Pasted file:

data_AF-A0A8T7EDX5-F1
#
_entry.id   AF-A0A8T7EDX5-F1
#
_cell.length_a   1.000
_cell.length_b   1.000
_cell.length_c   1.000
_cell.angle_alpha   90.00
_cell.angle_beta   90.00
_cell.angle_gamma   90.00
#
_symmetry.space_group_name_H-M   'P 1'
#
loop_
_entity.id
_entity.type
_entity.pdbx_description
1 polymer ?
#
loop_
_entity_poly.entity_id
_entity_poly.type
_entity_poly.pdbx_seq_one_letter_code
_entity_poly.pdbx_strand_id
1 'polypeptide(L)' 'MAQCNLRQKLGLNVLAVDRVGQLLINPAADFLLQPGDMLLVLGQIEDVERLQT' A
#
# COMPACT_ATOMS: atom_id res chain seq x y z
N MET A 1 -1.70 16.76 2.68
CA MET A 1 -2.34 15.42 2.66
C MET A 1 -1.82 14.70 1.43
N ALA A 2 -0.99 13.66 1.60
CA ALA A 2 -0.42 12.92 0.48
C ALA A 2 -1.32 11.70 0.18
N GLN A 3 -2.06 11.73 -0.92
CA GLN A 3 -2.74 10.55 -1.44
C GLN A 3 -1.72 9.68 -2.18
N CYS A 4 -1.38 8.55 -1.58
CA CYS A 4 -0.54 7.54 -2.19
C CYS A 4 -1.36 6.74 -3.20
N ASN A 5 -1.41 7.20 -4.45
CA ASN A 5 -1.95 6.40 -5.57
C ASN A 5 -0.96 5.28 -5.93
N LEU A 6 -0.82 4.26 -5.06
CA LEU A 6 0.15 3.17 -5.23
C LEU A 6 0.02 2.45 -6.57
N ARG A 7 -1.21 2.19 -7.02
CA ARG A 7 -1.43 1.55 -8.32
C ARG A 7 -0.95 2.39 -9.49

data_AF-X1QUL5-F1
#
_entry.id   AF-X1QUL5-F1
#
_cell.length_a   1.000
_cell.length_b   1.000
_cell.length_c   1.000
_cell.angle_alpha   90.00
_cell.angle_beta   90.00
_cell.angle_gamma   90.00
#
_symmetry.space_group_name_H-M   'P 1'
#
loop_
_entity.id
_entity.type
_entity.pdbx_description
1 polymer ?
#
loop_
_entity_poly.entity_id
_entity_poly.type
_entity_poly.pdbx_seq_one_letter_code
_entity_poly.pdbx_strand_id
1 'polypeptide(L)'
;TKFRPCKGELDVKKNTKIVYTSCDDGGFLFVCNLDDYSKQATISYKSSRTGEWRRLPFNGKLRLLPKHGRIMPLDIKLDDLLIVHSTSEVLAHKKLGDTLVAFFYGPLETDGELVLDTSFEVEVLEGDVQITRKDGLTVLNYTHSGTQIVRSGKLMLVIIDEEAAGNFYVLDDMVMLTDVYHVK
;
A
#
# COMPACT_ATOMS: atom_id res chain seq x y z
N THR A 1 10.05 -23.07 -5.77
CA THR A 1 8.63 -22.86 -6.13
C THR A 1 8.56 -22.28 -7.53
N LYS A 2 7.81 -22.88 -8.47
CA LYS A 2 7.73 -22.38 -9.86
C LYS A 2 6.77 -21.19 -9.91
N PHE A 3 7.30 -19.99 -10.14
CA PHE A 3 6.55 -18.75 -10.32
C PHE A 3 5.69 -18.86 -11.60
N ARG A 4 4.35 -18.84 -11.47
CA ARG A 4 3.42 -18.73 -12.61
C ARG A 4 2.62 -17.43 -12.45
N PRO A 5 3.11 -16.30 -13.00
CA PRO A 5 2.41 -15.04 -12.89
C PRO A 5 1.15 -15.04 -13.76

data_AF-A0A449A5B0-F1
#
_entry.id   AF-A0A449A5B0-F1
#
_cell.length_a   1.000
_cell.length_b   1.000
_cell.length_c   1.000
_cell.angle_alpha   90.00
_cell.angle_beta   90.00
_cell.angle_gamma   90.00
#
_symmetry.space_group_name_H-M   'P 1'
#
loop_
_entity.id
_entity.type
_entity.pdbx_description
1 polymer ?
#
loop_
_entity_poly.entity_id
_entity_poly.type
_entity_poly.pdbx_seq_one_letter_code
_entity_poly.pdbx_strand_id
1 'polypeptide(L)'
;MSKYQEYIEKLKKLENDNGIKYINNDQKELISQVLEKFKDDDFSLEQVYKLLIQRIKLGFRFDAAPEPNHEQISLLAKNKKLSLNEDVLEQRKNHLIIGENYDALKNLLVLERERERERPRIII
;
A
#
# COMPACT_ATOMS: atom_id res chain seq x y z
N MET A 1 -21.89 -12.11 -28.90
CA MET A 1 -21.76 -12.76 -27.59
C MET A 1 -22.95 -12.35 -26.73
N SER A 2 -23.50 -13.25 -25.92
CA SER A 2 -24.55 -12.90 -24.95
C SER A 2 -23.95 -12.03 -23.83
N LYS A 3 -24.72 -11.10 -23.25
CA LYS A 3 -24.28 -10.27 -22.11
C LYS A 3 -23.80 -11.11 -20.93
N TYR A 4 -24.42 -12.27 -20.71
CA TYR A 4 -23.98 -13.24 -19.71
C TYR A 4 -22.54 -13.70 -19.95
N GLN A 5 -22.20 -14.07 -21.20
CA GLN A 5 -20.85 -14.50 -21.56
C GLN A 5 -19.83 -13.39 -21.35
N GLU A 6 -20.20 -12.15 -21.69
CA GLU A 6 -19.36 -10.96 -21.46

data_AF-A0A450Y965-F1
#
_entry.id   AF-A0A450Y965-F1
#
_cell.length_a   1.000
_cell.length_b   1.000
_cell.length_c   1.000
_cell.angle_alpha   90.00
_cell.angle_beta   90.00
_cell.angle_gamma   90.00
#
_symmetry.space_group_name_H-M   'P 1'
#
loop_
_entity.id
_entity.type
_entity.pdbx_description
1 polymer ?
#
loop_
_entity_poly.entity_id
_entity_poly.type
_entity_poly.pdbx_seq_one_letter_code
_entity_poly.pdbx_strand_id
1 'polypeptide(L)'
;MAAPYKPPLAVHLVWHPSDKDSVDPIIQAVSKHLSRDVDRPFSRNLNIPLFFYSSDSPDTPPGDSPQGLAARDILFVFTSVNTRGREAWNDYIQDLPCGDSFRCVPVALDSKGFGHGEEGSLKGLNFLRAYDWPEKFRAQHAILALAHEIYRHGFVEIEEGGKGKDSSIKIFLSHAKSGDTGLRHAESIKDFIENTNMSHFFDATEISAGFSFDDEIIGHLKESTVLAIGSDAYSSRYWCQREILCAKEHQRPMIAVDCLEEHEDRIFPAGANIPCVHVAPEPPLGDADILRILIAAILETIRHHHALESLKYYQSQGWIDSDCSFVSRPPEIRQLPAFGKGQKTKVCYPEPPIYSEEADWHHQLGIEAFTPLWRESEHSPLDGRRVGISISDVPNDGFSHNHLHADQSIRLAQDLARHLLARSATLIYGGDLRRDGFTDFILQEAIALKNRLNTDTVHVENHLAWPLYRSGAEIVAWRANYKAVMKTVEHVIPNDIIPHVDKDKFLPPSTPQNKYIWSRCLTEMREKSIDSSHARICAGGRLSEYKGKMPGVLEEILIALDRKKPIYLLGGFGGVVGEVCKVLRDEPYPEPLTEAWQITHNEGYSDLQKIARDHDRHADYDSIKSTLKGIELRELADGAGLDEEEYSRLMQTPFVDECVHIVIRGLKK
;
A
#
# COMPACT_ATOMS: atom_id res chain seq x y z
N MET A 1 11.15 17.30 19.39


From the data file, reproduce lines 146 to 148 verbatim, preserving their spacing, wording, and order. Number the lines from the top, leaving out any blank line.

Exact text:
_cell.length_b   1.000
_cell.length_c   1.000
_cell.angle_alpha   90.00